Discalimer: This post contains non-vegetarian products. I mean no harm or disrespect to any religious community or sect. Please do not start a Facebook campaign to discourage the consumption of shawarma, after reading this.
“Eda Sangeethey, do you have any curfew?” Prasanth asked.
“umm… curfew.. no da.”
Atleast, that’s what I thought. Three years in Bangalore, and I now took for granted that I could stay out late into the night with no-one to ask or nobody to answer to. After all, couldn’t I, as always return to my room after midnight, on my black pride, the Avenger and have takeaway from Empire, the only restaurant that’s open beyond 11pm, for dinner. Sure, there would be no-one to receive me at the door, ask me how my day was, or perhaps even yell at me for being so late and in-sensitive. But hey, I had a 36” LCD with a tata sky HD connection that made Deepika Padukone ‘asli‘ enough in HD.
“I’m guessing 2am should be about it. Dad wouldn’t mind as long as there’s someone to drop me home.” I replied.
“Nice da. We usually have to return home as soon as we’re done with work. Mom, gets pretty upset if I’m late.”
A dunhill was lit. A puff was taken. “Independent da. That’s what you are” said Joe before taking another puff. ”It’s not the same here, you know. ‘cept on those rare days, when your folks ask you to get the grocery on the way home. But in a way, it’s nice man. You get good food, make enough savings, and you are with family. Everybody wins.”
It was midnight and we were seated in the popular Turkish restaurant, Camelia, in CBD, Muscat. 17 years in this city, and I hadn’t heard of this place. Seven years back I would have probably parceled (so that I could enjoy at home, with my family) a plate of shawarma and the hands of the clock tower nearby, would show only 6pm.
I was visiting Muscat after 3 long years, and was meeting friends from school days. Sadly, I managed to recognize only two out of the seven that were present. This was my small, school reunion. Now in every re-union, the first few hours, are essentially filled with questions like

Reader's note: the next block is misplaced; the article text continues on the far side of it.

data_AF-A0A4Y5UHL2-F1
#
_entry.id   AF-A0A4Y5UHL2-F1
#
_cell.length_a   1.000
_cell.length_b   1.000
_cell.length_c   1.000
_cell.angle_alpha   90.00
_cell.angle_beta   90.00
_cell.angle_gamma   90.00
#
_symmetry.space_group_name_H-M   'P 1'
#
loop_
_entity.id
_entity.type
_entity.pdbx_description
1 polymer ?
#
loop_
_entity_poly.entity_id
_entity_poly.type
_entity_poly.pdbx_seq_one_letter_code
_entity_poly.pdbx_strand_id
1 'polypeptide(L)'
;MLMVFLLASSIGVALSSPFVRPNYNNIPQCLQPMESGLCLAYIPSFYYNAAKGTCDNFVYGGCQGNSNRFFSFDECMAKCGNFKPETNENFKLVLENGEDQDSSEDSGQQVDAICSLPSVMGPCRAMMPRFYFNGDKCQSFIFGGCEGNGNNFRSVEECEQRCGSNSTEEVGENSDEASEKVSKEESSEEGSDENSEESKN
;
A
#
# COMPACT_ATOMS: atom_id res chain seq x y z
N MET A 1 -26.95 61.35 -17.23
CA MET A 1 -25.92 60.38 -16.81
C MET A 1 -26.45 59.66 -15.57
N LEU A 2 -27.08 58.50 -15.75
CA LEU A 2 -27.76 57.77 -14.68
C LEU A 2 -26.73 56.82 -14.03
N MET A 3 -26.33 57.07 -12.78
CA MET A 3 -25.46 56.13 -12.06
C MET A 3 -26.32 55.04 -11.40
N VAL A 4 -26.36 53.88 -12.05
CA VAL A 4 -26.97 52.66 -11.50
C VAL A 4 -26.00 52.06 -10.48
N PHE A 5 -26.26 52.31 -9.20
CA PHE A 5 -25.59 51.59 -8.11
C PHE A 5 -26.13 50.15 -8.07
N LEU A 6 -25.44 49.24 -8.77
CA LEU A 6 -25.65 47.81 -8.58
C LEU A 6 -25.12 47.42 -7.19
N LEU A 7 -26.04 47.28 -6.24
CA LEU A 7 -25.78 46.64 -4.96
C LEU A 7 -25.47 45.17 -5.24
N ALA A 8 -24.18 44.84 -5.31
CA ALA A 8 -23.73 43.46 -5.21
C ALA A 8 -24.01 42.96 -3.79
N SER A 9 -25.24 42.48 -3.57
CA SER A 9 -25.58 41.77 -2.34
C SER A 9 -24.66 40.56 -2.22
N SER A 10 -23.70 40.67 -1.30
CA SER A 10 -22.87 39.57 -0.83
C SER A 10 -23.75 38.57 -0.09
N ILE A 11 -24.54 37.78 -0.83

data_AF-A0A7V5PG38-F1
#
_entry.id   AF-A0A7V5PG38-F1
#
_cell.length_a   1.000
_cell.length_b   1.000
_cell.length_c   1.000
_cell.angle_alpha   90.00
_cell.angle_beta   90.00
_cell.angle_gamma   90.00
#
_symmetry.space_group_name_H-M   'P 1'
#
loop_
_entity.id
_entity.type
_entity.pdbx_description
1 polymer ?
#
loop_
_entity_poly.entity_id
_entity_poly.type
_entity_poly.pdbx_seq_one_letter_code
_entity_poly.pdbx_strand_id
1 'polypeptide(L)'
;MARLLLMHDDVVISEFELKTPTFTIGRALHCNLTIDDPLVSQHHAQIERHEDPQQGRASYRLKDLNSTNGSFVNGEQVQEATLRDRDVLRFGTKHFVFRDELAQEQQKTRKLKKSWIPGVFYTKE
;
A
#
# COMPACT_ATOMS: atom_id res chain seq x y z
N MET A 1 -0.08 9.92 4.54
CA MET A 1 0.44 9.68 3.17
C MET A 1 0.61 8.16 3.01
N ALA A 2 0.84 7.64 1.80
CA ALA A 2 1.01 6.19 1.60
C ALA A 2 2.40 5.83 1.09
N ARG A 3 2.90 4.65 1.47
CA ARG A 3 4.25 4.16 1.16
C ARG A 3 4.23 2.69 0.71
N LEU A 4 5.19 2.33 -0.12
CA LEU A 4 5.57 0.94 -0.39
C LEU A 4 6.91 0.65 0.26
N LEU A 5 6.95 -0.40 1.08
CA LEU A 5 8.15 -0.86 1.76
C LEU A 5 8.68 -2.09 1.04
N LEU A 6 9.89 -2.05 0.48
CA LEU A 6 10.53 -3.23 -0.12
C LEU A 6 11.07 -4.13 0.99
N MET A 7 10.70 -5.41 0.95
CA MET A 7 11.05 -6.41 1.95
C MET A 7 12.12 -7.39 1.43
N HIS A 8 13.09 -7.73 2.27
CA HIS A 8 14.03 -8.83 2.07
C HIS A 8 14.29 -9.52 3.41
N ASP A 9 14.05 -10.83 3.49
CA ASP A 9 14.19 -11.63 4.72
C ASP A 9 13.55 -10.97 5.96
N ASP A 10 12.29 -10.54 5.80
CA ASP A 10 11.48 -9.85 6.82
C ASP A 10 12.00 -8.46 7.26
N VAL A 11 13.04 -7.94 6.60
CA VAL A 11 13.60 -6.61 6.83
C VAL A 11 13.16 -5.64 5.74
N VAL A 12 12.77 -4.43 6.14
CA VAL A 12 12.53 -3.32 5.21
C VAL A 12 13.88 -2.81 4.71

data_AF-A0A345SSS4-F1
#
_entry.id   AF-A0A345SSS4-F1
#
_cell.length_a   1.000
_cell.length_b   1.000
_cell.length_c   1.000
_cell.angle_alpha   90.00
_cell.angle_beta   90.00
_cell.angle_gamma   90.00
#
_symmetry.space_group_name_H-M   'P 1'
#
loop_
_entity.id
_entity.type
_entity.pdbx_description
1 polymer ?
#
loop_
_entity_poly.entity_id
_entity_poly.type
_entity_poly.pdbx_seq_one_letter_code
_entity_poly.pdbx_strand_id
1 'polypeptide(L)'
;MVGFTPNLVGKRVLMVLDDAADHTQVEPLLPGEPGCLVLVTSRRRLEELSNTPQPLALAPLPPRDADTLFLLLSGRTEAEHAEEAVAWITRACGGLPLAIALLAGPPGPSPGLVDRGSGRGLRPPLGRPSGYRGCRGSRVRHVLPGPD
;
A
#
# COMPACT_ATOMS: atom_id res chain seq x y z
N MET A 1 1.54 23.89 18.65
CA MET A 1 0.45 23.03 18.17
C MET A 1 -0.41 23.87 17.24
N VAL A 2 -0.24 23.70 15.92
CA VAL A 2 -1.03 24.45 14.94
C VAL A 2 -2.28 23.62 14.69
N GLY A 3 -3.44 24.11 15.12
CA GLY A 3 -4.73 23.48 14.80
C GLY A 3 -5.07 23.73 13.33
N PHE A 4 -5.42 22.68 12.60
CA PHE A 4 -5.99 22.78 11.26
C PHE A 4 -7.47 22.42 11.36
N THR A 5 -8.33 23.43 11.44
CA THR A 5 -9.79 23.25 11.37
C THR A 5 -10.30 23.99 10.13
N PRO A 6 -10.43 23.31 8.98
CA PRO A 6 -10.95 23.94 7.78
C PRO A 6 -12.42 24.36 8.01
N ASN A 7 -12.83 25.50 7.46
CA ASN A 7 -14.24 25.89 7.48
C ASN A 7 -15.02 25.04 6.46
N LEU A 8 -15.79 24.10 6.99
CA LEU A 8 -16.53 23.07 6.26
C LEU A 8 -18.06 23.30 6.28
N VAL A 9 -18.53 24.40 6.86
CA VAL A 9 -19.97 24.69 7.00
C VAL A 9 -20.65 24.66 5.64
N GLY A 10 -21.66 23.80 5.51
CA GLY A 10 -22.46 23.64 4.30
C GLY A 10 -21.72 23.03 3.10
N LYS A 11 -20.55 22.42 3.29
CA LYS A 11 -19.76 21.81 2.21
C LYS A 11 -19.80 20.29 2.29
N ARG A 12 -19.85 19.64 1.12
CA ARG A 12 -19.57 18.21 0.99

“Abey kya kar raha hai? Kahan hai?”
“koi girlfriend bani?”
“usne shaadi kar li?? shittu yaar. Chance miss ho gaya”.
Mine had the same ones too, only they were in perfect English. The hosts (as I was the guest here) worked in Muscat, drove big cars, and still drank Mountain Dew. I had assumed, owing to my absence from the ’scene‘ since school, I would probably be sitting silent. However, strangely so, there was no disconnect whatsoever. Be it, fighting about the rivalry between ISM (Indian School Muscat)and ISWK (Indian School Wadi Kabir), or about our classmates who had become parents, or mocking the evening tutors, without whose help some of us wouldn’t have cleared our exams. I was immediately at ease with people whom I hadn’t seen in 7 long years. Weird, this didn’t happen often.
Though the general landscape had not changed, Muscat, the city had. It wasn’t the quiet, sleepy city I had grown up in. The airport was busier and was expanding (whoever thought Seeb International Airport would have to deal with traffic). More Omanis were now working in 8 to 6 jobs. Real estate was good. Tourism was on a rise. New malls, new roads, new industrial projects, more pubs, higher accident rates, stricter laws. But, one thing hadn’t changed. Petrol was still cheap. 8 litres of petrol cost only a Riyal Omani. That’s almost 128 INR.
In about 20 minutes, I got my plate of chiken shawarma. I unwrapped the paper foil that covered it and dug in. It was fantastic. The soft pita bread held the ridiculously tasty chicken firmly. The chicken was fresh, tender and garnished with thin slices of fresh cucumber and tomato. The crispy french fries went wonderfully with the generous amounts of delightful white mayonnaise that layered the walls of the pita bread. The mixture of these sinful flavours and the juicy chicken was so fantabulous, that I was immediately transported to a time oblivious of monthly payslips and tax cuts, of traffic jams and power cuts, of rising petrol prices and room rents, of policing, both moral and corrupt. I was back in Muscat, circa 1999. ISM Carnival, summer camps, 4pm cricket, music classes, scouts n guides, cheap movie tickets, assessments not exams…. I was happily lost, and a Turkish shawarma was my time machine.
‘You don’t get a lot of shawarmas in Bangalore, do you?” asked Vineeth on seeing the weird expressions on my face, and thereby brought my time travel to an abrupt end.
‘I sure as hell don’t get this.’ I replied and took another bite of the world’s best shawarma.
You can check out more of Muscat (pics I clicked) here: